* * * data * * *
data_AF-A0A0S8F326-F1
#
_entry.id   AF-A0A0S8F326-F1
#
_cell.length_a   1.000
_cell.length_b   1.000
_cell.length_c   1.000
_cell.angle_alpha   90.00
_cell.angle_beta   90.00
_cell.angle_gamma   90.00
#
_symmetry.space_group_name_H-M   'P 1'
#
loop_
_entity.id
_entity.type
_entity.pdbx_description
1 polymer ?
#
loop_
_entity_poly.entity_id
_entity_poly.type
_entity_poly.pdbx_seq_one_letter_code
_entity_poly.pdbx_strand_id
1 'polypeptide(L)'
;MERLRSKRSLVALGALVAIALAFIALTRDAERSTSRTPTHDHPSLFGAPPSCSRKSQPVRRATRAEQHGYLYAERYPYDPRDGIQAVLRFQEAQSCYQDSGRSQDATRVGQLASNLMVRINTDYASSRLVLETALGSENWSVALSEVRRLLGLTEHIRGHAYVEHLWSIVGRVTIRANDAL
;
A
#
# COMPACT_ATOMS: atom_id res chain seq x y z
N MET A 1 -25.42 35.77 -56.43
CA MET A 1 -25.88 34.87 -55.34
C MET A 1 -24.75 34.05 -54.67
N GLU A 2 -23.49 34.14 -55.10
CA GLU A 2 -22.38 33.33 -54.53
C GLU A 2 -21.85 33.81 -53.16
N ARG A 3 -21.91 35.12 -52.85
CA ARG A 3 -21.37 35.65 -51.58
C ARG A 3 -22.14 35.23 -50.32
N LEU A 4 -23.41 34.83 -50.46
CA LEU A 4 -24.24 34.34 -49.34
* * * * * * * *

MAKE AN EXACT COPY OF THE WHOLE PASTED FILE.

data_AF-A0A0S8F326-F1
#
_entry.id   AF-A0A0S8F326-F1
#
_cell.length_a   1.000
_cell.length_b   1.000
_cell.length_c   1.000
_cell.angle_alpha   90.00
_cell.angle_beta   90.00
_cell.angle_gamma   90.00
#
_symmetry.space_group_name_H-M   'P 1'
#
loop_
_entity.id
_entity.type
_entity.pdbx_description
1 polymer ?
#
loop_
_entity_poly.entity_id
_entity_poly.type
_entity_poly.pdbx_seq_one_letter_code
_entity_poly.pdbx_strand_id
1 'polypeptide(L)'
;MERLRSKRSLVALGALVAIALAFIALTRDAERSTSRTPTHDHPSLFGAPPSCSRKSQPVRRATRAEQHGYLYAERYPYDPRDGIQAVLRFQEAQSCYQDSGRSQDATRVGQLASNLMVRINTDYASSRLVLETALGSENWSVALSEVRRLLGLTEHIRGHAYVEHLWSIVGRVTIRANDAL
;
A
#
# COMPACT_ATOMS: atom_id res chain seq x y z
N MET A 1 -25.42 35.77 -56.43
CA MET A 1 -25.88 34.87 -55.34
C MET A 1 -24.75 34.05 -54.67
N GLU A 2 -23.49 34.14 -55.10
CA GLU A 2 -22.38 33.33 -54.53
C GLU A 2 -21.85 33.81 -53.16
N ARG A 3 -21.91 35.12 -52.85
CA ARG A 3 -21.37 35.65 -51.58
C ARG A 3 -22.14 35.23 -50.32
N LEU A 4 -23.41 34.83 -50.46
CA LEU A 4 -24.24 34.34 -49.34